For the first time in a year, Japan's top executives have become more confident a survey showed on Sept. 20, providing some welcome good news on Asia's largest economy after a slew of gloomy data. The government said its index of business confidence among large Japanese companies rebounded to 6.2% in the three months to September from minus 0.9% in the previous quarter.
Analysts gave the rebound a cautious welcome, noting that the survey was taken after credit turmoil erupted on global financial markets due to the fallout from rising defaults in U.S. subprime mortgages to risky borrowers. But they said that the central bank's survey of business confidence, known as the Tankan, which is more closely watched, may still reveal a weakening of business confidence next month as the index is calculated differently.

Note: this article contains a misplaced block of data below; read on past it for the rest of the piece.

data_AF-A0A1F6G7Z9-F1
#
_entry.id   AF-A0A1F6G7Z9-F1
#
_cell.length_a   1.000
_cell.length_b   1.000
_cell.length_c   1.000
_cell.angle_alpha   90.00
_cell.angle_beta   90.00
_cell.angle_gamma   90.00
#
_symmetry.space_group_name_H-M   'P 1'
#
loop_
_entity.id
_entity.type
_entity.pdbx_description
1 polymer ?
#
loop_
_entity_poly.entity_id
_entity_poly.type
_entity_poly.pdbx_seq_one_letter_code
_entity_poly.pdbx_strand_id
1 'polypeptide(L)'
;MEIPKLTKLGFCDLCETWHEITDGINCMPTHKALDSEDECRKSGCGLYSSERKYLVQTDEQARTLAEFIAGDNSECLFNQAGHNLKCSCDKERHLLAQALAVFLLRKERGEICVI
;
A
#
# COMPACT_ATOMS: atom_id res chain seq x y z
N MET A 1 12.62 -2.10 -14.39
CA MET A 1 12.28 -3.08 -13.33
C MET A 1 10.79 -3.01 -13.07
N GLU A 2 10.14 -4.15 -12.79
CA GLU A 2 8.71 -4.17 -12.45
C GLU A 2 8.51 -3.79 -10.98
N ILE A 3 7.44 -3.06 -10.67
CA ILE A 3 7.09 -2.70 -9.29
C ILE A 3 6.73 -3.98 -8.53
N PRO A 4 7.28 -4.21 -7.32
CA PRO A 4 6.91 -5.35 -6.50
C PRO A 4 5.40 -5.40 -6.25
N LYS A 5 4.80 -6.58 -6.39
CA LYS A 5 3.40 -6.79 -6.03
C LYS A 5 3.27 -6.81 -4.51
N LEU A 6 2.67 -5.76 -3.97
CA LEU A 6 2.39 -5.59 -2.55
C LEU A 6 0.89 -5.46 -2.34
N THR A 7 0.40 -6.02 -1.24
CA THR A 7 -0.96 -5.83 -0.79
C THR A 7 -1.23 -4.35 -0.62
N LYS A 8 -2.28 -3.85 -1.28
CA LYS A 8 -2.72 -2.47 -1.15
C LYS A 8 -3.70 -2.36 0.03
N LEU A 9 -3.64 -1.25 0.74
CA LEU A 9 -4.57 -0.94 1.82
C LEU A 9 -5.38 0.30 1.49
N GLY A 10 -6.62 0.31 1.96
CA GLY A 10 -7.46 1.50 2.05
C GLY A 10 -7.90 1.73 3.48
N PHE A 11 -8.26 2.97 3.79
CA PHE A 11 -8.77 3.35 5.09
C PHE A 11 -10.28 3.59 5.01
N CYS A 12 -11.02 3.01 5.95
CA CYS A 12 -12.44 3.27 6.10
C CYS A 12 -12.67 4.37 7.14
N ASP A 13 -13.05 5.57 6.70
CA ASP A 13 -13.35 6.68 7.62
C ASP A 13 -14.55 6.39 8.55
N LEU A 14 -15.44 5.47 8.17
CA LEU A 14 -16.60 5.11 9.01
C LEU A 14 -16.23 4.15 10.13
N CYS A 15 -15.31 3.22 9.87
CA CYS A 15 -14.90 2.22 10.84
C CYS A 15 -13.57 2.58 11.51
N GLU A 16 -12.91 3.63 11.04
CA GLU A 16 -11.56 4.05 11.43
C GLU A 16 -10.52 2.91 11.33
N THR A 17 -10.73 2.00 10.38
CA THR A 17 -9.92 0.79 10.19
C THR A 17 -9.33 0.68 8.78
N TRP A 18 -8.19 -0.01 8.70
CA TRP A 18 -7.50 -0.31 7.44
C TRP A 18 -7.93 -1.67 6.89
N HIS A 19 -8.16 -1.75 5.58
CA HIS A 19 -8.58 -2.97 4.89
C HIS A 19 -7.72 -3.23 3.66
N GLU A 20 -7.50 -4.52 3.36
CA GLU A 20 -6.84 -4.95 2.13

The finance ministry said it was unclear whether the subprime loan problems and the stronger yen had affected the result of its survey. "We think that the underlying solid trend in the corporate sector is intact, given increased shortage in labor and the fact that companies still see profit growth," a ministry official said.
Japan's combined capital investment is now expected to expand by 1.5% in 2007, less than half the 3.3% rise predicted in the previous survey, the finance ministry said.
Copyright Agence France-Presse, 2007